Sen. Ben Cardin, who introduced the Israel Anti-Boycott Act, and Sen. Rob Portman, a co-sponsor of the bill, have responded to a letter published by the ACLU. Specifically the two lawmakers say they want to “correct some fundamental misunderstandings about the bill.”
As I reported two days ago, the ACLU published a letter warning that the legislative initiative would “punish people for no reason other than their political beliefs,” this by imposing fines or prison terms upon US persons who support a boycott of Israel.
The senators, however, deny the bill will do this.
“Nothing in the bill restricts constitutionally-protected free speech or limits criticism of Israel or its policies,” they insist. “Instead, it is narrowly targeted at commercial activity and is based on current law that has been constitutionally upheld.”
No one will be penalized under the bill, they say, neither a business nor an individual, simply for calling for a boycott of Israel. What the bill will do, they assert, is modify a US law already on the books, the Export Administration Act of 1977, in a certain manner. Here is how they word it (emphasis in original):
The bill makes one small but important change in the current law. The EAA currently prohibits U.S. persons from complying with unauthorized foreign boycotts imposed by foreign countries. The new legislation would extend this prohibition to unsanctioned foreign boycotts imposed by international governmental organizations such as United Nations Agencies or the European Union. For example, if the United Nations Human Rights Council requests information from an American company about its business dealings in Israel or Israeli-controlled territories as part of an effort to compile a blacklist of companies doing business with Israel, the bill would prohibit the company from responding.
The ACLU’s analysis of the bill, however, is dramatically different:
The bill seeks to expand the Export Administration Act of 1979 and the Export Import Bank Act of 1945 which, among other things, prohibit U.S. persons from complying with a foreign government’s request to boycott a country friendly to the U.S. The bill would amend those laws to bar U.S. persons from supporting boycotts against Israel, including its settlements in the Palestinian Occupied Territories, conducted by international governmental organizations, such as the United Nations and the European Union. It would also broaden the law to include penalties for simply requesting information about such boycotts. Violations would be subject to a minimum civil penalty of $250,000 and a maximum criminal penalty of $1 million and 20 years in prison.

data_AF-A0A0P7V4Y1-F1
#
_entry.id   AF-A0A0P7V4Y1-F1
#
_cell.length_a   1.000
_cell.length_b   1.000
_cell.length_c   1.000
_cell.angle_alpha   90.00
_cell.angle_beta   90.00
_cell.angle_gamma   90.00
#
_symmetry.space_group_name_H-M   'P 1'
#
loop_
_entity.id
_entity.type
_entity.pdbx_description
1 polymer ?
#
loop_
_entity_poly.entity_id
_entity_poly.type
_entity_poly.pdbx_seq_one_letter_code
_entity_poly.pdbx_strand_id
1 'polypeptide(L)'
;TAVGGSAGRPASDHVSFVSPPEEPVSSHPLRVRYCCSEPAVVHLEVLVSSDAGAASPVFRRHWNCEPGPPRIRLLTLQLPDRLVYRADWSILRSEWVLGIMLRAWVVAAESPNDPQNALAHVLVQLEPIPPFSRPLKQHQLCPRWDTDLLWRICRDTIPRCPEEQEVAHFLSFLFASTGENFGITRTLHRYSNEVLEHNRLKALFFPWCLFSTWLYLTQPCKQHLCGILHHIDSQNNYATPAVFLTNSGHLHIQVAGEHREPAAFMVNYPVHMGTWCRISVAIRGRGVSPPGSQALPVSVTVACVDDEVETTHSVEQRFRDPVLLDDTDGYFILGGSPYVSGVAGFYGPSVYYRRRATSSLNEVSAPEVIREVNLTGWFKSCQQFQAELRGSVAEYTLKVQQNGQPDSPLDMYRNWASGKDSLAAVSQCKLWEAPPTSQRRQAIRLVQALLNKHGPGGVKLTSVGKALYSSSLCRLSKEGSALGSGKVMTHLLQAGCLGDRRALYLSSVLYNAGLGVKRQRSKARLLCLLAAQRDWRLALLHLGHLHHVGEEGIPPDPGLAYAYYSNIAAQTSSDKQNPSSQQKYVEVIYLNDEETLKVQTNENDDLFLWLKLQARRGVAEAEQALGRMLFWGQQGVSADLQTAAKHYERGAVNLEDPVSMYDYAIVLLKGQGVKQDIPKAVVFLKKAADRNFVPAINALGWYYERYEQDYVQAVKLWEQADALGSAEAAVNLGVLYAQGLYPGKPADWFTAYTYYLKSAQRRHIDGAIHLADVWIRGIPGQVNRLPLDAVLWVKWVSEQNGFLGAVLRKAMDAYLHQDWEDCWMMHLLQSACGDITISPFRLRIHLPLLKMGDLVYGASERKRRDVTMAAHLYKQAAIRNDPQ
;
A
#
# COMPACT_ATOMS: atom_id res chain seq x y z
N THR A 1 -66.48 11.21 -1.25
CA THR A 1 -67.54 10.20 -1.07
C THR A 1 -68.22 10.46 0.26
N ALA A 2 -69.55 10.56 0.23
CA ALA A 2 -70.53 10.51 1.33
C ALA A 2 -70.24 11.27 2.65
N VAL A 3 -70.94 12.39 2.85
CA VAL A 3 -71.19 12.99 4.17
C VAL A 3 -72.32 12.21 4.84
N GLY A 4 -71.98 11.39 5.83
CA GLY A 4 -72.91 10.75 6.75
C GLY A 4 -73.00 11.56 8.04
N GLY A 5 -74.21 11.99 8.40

A commentary on the bill has been posted by Philip Weiss of Mondoweiss, who discusses the bill as well as the ACLU letter but who makes no mention of the response by Cardin and Portman–perhaps because the senators’ letter had not as yet been released at the time he posted the article. In either event, Weiss calls the bill “a crude example of overreach by the Israel lobby that it is sure to backfire on its supporters,” and he goes on to add:
Older Jews tend to be huge ideological supporters of Israel. Ben Cardin goes to synagogues and tells other older Jews that Palestinian statehood is “anti-American.” Schumer has called himself the “Schomer” or guardian of Israel and said that there is a Jewish interest in supporting Israel. A year ago Stephanie Schriock of Emily’s List and JJ Goldberg of the Forward described the “gigantic” and “shocking” degree of the Democratic Party’s reliance on Jewish wealth for campaign contributions.
Ultimately, this is a story about the fight inside Jewish life over Zionism and support for Israel. I believe we will win this fight, and that this legislation will help us. The legislation will shock many civil-liberties-loving Jews. The Intercept story will force legislators to redraft the legislation.
Sen. Charles Schumer of New York is also a co-sponsor of the bill.
The story of Cardin’s bill was broken on July 19 in a report by Glenn Greenwald and Ryan Grim published at The Intercept, an article which also mentions that that the bill has been strongly pushed by AIPAC. As far as I can tell, the Intercept story has yet to be picked up by any US mainstream media outlet, though presumably that’s because they are all too busy telling us about threats to our democracy from Russia. Potentially-unconstitutional bills being pushed through Congress by the Israeli lobby are apparently not newsworthy.